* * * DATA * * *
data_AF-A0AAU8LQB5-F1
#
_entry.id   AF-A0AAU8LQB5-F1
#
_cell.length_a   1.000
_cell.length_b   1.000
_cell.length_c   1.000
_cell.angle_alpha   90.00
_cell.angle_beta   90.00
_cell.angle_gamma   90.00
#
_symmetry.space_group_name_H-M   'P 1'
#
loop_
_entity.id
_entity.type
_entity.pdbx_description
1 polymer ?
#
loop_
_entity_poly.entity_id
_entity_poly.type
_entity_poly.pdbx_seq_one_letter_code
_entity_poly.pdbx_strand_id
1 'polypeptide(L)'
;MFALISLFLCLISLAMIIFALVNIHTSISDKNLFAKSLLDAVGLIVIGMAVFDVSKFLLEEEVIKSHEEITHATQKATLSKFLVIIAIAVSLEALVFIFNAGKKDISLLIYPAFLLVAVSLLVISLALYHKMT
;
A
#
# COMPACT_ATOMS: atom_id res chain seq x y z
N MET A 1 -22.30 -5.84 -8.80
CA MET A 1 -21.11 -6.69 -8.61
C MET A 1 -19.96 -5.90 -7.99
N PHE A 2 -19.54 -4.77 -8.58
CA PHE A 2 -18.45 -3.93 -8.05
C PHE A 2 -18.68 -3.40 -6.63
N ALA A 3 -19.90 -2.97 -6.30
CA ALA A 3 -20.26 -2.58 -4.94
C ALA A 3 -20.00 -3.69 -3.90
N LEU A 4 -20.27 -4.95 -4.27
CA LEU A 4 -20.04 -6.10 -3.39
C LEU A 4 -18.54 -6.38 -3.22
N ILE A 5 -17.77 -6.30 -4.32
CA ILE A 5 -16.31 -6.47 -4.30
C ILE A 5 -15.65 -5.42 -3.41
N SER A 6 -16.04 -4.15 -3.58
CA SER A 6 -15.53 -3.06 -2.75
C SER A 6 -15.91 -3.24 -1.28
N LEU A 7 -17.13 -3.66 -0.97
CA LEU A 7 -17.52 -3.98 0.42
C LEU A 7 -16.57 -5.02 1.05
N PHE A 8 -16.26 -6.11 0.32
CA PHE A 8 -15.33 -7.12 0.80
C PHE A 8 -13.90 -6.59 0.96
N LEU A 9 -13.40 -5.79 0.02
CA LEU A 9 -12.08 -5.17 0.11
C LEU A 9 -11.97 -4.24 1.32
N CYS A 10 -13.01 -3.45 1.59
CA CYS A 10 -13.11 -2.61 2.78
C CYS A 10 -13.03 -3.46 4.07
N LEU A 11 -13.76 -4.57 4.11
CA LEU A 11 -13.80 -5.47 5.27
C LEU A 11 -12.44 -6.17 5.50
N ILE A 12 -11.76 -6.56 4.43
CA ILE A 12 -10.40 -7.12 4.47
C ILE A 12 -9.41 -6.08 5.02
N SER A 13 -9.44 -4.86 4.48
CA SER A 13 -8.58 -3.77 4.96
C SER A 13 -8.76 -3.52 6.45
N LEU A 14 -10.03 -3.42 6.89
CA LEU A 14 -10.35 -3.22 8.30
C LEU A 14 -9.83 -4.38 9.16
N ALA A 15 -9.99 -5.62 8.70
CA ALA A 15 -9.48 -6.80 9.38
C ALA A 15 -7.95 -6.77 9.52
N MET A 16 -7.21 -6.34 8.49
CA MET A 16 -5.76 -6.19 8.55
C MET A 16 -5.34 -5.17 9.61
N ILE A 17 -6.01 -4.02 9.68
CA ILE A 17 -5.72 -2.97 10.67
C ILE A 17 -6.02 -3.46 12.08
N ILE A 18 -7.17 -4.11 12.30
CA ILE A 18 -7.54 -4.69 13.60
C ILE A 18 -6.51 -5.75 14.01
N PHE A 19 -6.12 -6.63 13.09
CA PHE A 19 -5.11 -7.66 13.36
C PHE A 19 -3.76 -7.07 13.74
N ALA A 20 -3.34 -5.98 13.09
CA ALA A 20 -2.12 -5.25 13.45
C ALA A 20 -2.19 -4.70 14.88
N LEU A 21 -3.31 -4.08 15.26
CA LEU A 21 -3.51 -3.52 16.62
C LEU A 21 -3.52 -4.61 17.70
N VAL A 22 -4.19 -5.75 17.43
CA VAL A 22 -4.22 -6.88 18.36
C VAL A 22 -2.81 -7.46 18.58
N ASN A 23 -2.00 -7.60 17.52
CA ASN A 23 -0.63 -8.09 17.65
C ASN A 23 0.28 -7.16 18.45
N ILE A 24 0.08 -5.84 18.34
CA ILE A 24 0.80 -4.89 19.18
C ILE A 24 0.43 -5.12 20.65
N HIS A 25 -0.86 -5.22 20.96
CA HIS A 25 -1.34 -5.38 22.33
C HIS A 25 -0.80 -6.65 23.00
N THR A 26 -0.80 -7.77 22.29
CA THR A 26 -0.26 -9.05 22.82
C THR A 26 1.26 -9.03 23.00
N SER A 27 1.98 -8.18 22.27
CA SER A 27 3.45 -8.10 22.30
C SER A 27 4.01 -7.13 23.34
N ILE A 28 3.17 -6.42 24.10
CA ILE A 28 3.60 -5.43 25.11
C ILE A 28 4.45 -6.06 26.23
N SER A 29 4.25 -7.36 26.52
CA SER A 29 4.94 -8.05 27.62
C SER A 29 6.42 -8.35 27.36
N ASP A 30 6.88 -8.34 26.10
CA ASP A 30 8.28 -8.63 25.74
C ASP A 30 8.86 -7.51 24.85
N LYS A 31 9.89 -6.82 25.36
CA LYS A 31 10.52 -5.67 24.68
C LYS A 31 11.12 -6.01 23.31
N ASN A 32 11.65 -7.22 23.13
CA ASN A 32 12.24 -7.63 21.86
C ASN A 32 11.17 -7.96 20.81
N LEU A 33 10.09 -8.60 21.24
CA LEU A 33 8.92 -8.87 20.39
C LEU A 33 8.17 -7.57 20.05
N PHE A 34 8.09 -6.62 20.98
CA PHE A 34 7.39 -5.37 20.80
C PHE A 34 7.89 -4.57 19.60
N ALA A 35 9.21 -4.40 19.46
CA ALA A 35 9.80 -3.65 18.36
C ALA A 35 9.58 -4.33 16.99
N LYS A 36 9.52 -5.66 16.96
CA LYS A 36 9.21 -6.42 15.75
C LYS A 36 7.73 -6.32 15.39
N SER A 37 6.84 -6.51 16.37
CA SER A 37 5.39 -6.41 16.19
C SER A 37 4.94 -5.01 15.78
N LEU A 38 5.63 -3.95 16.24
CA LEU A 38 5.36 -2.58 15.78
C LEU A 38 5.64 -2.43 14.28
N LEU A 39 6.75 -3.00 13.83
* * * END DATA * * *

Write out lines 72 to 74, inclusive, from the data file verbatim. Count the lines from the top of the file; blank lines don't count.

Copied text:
C LEU A 14 -9.83 -4.38 9.16
N ALA A 15 -9.99 -5.62 8.70
CA ALA A 15 -9.48 -6.80 9.38